Blackout Survival Guide

  • Downhome Magazine
  • Posted: Dec 18, 2014 4:10 PM
If you find yourself in the dark and cold without sufficient emergency supplies, here are a few ways to create a bit of heat and light with things found around the house.

Flower Pot Heater
You will need:
1 metal loaf pan
4 tealite candles
2 terra cotta pots (both big enough to balance on the edges of the loaf pan, but one bigger than the other)
Aluminum foil

Line the loaf pan in aluminum foil to create a reflective surface. Set the pan where you want your heat source to be. It should be on a heatproof countertop or table and away from anything flammable. Place tealites inside the pan and light them. Set the smaller terra cotta pot upside down on top of the loaf pan, centring it so it’s safely balanced. Place a folded piece of tin foil over the hole in the bottom of the overturned pot to keep the candle heat from escaping. Place the larger pot on top. This will heat a small room for several hours. Never leave any lit candles unattended. Keep it out of reach of pets and children. The pots will get hot.

Water Jug Lamp
You will need:
1 headlamp with strap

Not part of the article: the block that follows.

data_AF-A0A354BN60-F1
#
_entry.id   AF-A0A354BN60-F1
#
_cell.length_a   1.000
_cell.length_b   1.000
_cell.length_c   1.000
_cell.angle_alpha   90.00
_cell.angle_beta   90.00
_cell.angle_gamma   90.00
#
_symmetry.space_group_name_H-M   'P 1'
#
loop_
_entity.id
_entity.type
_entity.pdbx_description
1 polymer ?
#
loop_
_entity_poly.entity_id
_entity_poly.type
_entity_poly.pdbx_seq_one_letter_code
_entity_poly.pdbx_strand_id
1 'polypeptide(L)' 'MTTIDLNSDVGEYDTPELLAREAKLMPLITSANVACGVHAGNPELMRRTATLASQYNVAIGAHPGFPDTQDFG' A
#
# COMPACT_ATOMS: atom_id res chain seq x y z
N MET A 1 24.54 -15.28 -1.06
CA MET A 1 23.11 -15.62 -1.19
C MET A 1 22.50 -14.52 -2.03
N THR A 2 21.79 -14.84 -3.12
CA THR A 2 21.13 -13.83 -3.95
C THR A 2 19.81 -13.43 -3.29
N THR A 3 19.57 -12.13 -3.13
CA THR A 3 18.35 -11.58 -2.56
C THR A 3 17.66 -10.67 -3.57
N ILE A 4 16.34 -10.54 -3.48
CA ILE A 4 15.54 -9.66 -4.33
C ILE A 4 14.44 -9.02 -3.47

2L jug of water

Attach a headlamp to the jug with the light facing into the jug. The water diffuses the light.

Candle-Powered Cooker

Group 3-5 tealight candles on a flat stovetop or heatproof counter. Create a platform for a pot with overturned terra cotta pots or food cans and a cake cooling rack (or the rack from your toaster oven). Place saucepan on top, filled with stew, soup or whatever you want heated. It takes a little while, but it works! Another safe way to cook with candles is to place taller, fatter candles in the sink, lay an oven rack across the top of the sink as a platform for your pot and voila! A stove burner in a stainless-steel environment.

Orange Candle
You will need:
1 orange
sharp knife
olive oil

Cut the orange in half. Set the bottom half aside. Take the top half and gently separate the sections. Remove them carefully, being sure to leave the centre stem intact. This will be your wick. Pour some olive oil in the bottom of the emptied orange, and use a spoon to pour oil over the wick until it’s totally soaked. Light the wick. Place the orange in a secure place where it can’t tip over, tilt or catch anything nearby on fire.